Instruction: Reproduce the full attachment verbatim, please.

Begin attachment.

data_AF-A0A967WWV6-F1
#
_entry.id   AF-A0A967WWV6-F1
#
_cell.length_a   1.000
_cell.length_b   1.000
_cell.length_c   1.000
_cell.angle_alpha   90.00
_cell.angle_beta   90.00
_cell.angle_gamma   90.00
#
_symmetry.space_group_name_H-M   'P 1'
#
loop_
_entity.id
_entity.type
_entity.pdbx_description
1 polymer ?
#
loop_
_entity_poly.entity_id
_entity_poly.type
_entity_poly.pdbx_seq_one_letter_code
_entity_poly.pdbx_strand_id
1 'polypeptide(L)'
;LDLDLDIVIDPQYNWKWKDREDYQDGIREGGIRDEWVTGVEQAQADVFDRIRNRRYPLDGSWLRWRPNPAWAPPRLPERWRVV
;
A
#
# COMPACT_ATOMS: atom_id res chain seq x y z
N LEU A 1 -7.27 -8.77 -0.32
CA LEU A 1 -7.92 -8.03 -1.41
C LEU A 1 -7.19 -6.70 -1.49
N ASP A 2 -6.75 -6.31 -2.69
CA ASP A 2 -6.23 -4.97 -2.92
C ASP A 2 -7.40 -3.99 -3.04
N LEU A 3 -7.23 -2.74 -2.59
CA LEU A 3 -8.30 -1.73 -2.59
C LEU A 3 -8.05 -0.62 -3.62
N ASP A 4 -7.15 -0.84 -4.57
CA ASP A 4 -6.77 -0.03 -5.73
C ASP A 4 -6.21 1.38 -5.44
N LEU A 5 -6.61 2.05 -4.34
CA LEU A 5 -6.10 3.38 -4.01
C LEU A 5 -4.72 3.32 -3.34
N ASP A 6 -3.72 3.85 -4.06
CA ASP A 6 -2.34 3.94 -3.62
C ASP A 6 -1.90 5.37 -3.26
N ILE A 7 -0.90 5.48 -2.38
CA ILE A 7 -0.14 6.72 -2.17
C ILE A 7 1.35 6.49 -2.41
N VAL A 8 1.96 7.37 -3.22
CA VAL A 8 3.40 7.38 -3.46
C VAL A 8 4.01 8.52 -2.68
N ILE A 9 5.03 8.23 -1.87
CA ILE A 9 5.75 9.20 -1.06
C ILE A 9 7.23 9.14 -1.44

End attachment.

data_AF-A0A967WWV6-F1
#
_entry.id   AF-A0A967WWV6-F1
#
_cell.length_a   1.000
_cell.length_b   1.000
_cell.length_c   1.000
_cell.angle_alpha   90.00
_cell.angle_beta   90.00
_cell.angle_gamma   90.00
#
_symmetry.space_group_name_H-M   'P 1'
#
loop_
_entity.id
_entity.type
_entity.pdbx_description
1 polymer ?
#
loop_
_entity_poly.entity_id
_entity_poly.type
_entity_poly.pdbx_seq_one_letter_code
_entity_poly.pdbx_strand_id
1 'polypeptide(L)'
;LDLDLDIVIDPQYNWKWKDREDYQDGIREGGIRDEWVTGVEQAQADVFDRIRNRRYPLDGSWLRWRPNPAWAPPRLPERWRVV
;
A
#
# COMPACT_ATOMS: atom_id res chain seq x y z
N LEU A 1 -7.27 -8.77 -0.32
CA LEU A 1 -7.92 -8.03 -1.41
C LEU A 1 -7.19 -6.70 -1.49
N ASP A 2 -6.75 -6.31 -2.69
CA ASP A 2 -6.23 -4.97 -2.92
C ASP A 2 -7.40 -3.99 -3.04
N LEU A 3 -7.23 -2.74 -2.59
CA LEU A 3 -8.30 -1.73 -2.59
C LEU A 3 -8.05 -0.62 -3.62
N ASP A 4 -7.15 -0.84 -4.57
CA ASP A 4 -6.77 -0.03 -5.73
C ASP A 4 -6.21 1.38 -5.44
N LEU A 5 -6.61 2.05 -4.34
CA LEU A 5 -6.10 3.38 -4.01
C LEU A 5 -4.72 3.32 -3.34
N ASP A 6 -3.72 3.85 -4.06
CA ASP A 6 -2.34 3.94 -3.62
C ASP A 6 -1.90 5.37 -3.26
N ILE A 7 -0.90 5.48 -2.38
CA ILE A 7 -0.14 6.72 -2.17
C ILE A 7 1.35 6.49 -2.41
N VAL A 8 1.96 7.37 -3.22
CA VAL A 8 3.40 7.38 -3.46
C VAL A 8 4.01 8.52 -2.68
N ILE A 9 5.03 8.23 -1.87
CA ILE A 9 5.75 9.20 -1.06
C ILE A 9 7.23 9.14 -1.44